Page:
integer type for which this conversion
                                    will round trip.
                pointer/pointer conversions
                T#      U#          If the destination type has compatible
                                    alignment and other storage requirements,
                                    the pointer should be converted losslessly
                                    and in a round-tripping manner to point to
                                    a U. If it does not have compatible
                                    requirements, the conversion is not
                                    required to round trip safely, but should
                                    still produce a valid pointer.
                pointer/slice conversions
                T[:]    T#          Returns a pointer to t[0]
                pointer/function conversions
                (args->ret)   T#    Returns a pointer to an implementation
                                    specific value representing the executable
                                    code for the function.

                arbitrary type conversions
                T       U           Returns a T as a U. T must be transitively
                                    defined in terms of U, or U in terms of T
                                    for this cast to be valid.

        5.2.5. Assignments:

                lval = rval, lval <op>= rval

            The assignment operators group from right to left. These are the
            only operators that have right associativity. All of them require
            the left operand to be an lvalue. The value of the right hand side
            of the expression is stored on the left hand side after this
            statement has executed.

            The expression is similar to applying the expression to the lhs
            and rhs of the expression before storing into the lhs. However,
            the lvalue of the expression is evaluated fully before being
            computed and stored into, meaning that any side effects in the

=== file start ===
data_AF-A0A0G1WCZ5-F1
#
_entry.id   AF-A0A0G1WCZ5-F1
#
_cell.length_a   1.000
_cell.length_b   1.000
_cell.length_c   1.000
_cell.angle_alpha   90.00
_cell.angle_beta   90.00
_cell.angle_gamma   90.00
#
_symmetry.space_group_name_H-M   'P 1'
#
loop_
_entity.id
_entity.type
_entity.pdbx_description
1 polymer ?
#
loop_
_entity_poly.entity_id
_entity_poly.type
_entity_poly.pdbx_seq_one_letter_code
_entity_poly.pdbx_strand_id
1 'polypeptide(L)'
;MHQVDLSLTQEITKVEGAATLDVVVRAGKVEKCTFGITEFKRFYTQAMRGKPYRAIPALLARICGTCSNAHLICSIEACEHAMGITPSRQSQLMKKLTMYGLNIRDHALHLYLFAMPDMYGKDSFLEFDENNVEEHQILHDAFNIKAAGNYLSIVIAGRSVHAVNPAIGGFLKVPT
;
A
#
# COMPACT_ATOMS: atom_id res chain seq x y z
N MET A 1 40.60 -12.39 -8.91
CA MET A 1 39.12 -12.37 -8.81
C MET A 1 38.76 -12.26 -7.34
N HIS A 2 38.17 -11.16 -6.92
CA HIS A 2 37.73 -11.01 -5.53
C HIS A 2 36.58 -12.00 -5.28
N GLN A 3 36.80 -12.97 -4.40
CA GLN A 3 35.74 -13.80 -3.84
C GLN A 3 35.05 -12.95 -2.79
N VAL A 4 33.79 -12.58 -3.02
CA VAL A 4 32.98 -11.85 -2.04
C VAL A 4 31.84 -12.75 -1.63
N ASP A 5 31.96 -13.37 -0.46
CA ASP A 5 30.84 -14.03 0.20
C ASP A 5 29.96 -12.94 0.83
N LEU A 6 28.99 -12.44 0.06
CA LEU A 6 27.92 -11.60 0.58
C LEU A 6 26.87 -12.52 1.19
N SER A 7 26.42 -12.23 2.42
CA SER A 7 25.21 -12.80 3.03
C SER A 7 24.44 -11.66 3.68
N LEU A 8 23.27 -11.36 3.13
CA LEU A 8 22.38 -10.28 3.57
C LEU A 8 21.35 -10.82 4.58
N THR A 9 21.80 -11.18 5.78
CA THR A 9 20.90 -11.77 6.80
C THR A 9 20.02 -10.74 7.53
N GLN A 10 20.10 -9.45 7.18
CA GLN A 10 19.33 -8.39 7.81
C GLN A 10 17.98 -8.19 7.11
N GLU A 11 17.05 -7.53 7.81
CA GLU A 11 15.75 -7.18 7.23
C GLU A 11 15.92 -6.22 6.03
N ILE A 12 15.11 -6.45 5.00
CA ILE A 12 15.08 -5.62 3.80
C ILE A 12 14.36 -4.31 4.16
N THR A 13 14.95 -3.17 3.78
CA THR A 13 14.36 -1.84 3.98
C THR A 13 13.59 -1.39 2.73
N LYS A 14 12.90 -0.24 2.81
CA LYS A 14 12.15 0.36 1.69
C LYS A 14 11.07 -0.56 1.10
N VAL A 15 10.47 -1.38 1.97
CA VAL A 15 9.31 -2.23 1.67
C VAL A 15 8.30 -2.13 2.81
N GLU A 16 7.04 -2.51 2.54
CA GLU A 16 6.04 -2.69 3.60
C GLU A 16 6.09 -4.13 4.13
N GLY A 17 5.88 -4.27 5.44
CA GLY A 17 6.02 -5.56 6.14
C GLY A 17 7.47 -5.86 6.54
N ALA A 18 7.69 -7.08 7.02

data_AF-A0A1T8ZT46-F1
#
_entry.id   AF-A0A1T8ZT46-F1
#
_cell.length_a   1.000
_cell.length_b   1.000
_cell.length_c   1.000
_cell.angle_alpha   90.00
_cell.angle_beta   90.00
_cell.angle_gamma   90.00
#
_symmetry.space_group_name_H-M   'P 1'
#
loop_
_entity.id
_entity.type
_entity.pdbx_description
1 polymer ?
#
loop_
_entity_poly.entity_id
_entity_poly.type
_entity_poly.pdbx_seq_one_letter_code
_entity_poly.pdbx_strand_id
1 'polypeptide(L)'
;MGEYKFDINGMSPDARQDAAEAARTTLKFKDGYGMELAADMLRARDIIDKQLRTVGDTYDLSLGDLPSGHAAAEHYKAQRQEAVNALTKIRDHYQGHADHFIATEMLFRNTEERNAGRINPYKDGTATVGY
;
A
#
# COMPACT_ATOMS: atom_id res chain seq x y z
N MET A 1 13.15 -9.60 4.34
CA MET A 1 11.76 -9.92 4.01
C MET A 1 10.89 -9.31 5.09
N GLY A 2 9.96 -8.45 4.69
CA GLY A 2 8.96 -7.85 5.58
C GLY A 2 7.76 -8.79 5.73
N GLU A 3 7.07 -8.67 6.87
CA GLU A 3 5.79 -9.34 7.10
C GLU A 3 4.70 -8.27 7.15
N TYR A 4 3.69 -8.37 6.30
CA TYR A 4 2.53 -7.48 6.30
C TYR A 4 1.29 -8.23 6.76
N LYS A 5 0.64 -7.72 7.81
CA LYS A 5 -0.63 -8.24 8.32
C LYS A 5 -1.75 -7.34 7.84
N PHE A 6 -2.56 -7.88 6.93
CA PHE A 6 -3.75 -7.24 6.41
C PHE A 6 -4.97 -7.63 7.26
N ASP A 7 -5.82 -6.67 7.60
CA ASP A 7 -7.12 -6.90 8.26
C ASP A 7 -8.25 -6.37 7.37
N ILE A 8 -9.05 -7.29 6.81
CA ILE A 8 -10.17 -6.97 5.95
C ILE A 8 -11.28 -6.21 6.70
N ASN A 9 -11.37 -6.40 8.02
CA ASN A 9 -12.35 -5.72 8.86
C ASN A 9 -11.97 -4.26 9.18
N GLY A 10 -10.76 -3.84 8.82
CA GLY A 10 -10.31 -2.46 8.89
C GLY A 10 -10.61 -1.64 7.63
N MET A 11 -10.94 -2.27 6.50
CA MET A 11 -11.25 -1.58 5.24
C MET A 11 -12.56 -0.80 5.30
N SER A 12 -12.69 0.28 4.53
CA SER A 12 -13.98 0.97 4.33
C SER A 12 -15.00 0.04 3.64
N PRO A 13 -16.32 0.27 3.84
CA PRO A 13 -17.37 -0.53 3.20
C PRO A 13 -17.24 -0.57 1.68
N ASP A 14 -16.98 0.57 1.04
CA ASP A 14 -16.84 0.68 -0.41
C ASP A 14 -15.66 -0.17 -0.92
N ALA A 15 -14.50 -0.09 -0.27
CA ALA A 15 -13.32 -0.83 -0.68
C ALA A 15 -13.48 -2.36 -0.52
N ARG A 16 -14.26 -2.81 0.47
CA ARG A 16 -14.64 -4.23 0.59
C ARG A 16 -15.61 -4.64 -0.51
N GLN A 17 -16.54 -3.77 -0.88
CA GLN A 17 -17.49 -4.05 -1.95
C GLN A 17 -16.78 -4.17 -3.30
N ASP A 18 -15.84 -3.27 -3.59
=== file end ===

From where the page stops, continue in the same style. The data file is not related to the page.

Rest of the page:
subexpressions will only be applied once.


                ( e1 : @a <op>= e2 : @a ) : @a

        5.2.6. Logical Or:

                e1 || e2 

            The `||` operator returns true if the left hand side evaluates to
            true. Otherwise it returns the result of evaluating the lhs. It is
            guaranteed if the rhs is true, the lhs will not be evaluated.


                ( e1 : bool || e2 : bool ) : bool

        5.2.7. Logical And:

                expr && expr

            The `&&` operator returns false if the left hand side evaluates to
            false. Otherwise it returns the result of evaluating the lhs. It
            is guaranteed if the rhs is false, the lhs will not be evaluated.

            The left hand side and right hand side of the expression must
            be of the same type. The whole expression evaluates to the type
            of the lhs.


                ( e1 : bool && e2 : bool ) : bool

        5.2.8: Logical Negation:


            Takes the boolean expression `expr` and inverts its truth value,
            evaluating to `true` when `expr` is false, and `false` when `expr`
            is true.


                !(expr : bool) : bool

        5.2.9. Equality Comparisons:

                expr == expr, expr != expr

            The equality operators do a shallow identity comparison between
            types. The `==` operator yields true if the values compare equal,
            or false if they compare unequal. The `!=` operator evaluates to
            the inverse of this.


                ( e1 : @a == e2 : @a ) : bool
                ( e1 : @a != e2 : @a ) : bool

        5.2.10. Relational Comparisons:

                expr > expr, expr >= expr, expr < expr, expr <= expr

            The relational operators (>, >=, <, <=) compare two values
            numerically. The `>` operator evaluates to true if its left
            operand is greater than the right operand. The >= operand returns
            true if the left operand is greater than or equal to the right